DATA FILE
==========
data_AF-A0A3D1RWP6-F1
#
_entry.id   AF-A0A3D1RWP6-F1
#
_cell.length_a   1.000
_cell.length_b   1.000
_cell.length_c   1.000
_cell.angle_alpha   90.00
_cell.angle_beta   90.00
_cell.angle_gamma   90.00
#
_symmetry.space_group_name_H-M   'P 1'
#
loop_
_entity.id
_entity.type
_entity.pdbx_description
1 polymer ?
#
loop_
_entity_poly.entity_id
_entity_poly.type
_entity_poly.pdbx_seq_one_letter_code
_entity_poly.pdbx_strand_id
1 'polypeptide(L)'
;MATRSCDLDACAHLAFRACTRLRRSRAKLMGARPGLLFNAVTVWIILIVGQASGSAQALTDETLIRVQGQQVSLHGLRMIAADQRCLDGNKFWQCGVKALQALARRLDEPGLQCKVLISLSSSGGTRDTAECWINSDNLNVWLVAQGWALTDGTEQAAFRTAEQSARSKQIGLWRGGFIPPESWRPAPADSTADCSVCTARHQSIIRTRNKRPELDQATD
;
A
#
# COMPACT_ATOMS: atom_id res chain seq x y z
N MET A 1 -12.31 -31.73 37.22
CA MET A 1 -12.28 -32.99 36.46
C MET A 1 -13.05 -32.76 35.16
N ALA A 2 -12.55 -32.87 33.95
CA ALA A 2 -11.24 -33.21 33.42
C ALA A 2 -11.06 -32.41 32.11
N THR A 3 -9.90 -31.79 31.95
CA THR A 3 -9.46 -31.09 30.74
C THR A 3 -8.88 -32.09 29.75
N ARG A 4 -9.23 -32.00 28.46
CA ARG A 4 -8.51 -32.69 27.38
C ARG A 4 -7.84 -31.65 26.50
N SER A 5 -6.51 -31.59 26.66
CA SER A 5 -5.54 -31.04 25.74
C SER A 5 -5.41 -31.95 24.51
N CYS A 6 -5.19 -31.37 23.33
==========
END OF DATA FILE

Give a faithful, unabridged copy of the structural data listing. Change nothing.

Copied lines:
data_AF-A0A3D1RWP6-F1
#
_entry.id   AF-A0A3D1RWP6-F1
#
_cell.length_a   1.000
_cell.length_b   1.000
_cell.length_c   1.000
_cell.angle_alpha   90.00
_cell.angle_beta   90.00
_cell.angle_gamma   90.00
#
_symmetry.space_group_name_H-M   'P 1'
#
loop_
_entity.id
_entity.type
_entity.pdbx_description
1 polymer ?
#
loop_
_entity_poly.entity_id
_entity_poly.type
_entity_poly.pdbx_seq_one_letter_code
_entity_poly.pdbx_strand_id
1 'polypeptide(L)'
;MATRSCDLDACAHLAFRACTRLRRSRAKLMGARPGLLFNAVTVWIILIVGQASGSAQALTDETLIRVQGQQVSLHGLRMIAADQRCLDGNKFWQCGVKALQALARRLDEPGLQCKVLISLSSSGGTRDTAECWINSDNLNVWLVAQGWALTDGTEQAAFRTAEQSARSKQIGLWRGGFIPPESWRPAPADSTADCSVCTARHQSIIRTRNKRPELDQATD
;
A
#
# COMPACT_ATOMS: atom_id res chain seq x y z
N MET A 1 -12.31 -31.73 37.22
CA MET A 1 -12.28 -32.99 36.46
C MET A 1 -13.05 -32.76 35.16
N ALA A 2 -12.55 -32.87 33.95
CA ALA A 2 -11.24 -33.21 33.42
C ALA A 2 -11.06 -32.41 32.11
N THR A 3 -9.90 -31.79 31.95
CA THR A 3 -9.46 -31.09 30.74
C THR A 3 -8.88 -32.09 29.75
N ARG A 4 -9.23 -32.00 28.46
CA ARG A 4 -8.51 -32.69 27.38
C ARG A 4 -7.84 -31.65 26.50
N SER A 5 -6.51 -31.59 26.66
CA SER A 5 -5.54 -31.04 25.74
C SER A 5 -5.41 -31.95 24.51
N CYS A 6 -5.19 -31.37 23.33